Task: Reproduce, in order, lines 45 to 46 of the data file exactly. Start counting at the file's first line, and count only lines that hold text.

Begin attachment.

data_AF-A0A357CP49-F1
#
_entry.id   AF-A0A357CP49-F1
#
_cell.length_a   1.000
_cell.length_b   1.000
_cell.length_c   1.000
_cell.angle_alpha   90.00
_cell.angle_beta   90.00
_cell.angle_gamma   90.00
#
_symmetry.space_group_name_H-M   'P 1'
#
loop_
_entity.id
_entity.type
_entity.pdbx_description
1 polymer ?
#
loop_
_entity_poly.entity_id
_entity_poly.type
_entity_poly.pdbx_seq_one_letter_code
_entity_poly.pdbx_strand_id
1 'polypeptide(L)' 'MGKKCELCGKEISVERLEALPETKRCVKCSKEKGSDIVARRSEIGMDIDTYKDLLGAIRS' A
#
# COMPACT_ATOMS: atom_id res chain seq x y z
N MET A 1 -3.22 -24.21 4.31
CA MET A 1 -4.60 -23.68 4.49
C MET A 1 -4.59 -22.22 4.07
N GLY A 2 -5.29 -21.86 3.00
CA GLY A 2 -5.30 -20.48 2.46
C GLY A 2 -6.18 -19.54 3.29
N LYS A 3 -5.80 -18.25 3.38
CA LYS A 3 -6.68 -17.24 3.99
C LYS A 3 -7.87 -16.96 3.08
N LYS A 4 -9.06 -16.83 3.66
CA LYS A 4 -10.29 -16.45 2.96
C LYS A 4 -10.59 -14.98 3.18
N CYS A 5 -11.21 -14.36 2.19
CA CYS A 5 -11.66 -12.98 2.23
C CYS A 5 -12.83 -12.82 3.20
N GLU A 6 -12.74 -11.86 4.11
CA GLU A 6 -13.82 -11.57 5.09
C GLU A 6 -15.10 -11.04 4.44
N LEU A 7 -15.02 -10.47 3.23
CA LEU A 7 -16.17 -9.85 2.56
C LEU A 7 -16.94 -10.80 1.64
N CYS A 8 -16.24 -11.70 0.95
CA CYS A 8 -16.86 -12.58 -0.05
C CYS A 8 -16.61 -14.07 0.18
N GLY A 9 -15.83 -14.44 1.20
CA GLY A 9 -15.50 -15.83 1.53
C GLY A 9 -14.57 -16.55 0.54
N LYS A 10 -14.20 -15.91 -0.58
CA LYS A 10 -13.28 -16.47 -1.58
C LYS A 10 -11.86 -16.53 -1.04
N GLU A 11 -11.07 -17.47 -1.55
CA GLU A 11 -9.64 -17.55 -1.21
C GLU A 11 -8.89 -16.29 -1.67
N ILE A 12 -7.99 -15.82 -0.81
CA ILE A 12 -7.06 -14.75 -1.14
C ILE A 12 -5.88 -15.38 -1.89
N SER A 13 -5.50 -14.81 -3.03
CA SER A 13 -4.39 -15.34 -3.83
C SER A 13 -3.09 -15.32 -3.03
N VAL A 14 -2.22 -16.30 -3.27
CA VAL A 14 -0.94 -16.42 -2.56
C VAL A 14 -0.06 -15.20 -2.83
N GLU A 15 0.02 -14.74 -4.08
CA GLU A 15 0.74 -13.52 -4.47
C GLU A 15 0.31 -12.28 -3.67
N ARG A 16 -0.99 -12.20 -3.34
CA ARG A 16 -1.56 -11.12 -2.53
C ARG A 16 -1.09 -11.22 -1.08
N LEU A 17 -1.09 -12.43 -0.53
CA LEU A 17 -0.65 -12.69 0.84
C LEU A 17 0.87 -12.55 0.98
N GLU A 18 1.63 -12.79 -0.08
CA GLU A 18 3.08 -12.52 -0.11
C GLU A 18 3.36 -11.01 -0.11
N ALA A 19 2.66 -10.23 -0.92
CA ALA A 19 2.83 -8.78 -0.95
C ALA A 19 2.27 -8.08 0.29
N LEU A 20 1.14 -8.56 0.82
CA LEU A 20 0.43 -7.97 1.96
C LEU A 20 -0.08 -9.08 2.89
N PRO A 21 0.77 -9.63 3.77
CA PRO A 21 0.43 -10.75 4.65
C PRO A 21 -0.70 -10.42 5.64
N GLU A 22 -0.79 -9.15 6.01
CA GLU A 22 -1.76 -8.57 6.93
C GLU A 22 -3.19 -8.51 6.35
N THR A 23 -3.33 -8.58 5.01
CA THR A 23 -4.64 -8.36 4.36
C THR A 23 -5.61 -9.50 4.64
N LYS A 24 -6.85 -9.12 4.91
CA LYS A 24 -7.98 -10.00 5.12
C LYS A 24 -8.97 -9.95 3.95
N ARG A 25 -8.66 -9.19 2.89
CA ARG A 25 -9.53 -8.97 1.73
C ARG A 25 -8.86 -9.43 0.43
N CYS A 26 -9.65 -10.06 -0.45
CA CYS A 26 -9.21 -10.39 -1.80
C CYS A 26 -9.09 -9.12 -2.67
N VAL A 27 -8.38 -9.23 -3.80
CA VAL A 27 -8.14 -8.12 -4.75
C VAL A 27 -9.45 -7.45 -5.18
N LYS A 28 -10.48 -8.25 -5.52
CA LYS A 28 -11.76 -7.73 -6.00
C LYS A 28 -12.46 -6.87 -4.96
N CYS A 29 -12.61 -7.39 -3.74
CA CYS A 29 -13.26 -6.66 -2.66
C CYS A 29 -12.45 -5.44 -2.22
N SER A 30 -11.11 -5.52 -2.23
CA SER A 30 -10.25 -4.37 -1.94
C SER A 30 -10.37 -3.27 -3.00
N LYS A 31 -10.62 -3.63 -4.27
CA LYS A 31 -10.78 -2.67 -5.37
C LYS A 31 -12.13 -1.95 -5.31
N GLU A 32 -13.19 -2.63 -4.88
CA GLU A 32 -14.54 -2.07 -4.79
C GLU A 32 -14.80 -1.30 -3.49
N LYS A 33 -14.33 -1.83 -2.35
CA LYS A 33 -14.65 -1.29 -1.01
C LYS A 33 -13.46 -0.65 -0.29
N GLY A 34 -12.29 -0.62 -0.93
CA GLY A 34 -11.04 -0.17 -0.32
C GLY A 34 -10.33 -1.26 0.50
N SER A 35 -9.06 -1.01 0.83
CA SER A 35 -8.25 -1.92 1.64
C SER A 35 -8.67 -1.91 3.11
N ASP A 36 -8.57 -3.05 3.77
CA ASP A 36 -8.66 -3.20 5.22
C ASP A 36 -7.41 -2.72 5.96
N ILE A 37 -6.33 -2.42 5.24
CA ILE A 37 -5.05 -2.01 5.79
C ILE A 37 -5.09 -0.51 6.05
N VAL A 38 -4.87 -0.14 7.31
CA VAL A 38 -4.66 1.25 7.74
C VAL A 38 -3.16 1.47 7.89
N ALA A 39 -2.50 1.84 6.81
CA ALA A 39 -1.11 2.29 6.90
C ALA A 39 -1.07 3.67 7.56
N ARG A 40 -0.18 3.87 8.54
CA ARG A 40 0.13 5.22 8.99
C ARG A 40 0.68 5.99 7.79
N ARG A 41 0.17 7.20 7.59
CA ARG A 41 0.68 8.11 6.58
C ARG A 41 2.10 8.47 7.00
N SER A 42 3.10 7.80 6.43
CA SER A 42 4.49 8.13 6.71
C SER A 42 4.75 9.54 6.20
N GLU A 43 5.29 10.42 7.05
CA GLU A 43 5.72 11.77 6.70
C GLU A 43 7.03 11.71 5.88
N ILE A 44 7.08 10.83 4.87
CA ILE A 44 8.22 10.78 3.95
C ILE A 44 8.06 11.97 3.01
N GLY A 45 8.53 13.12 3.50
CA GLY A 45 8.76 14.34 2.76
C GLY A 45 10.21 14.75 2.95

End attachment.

C GLU A 6 -15.10 -11.04 4.44
N LEU A 7 -15.02 -10.47 3.23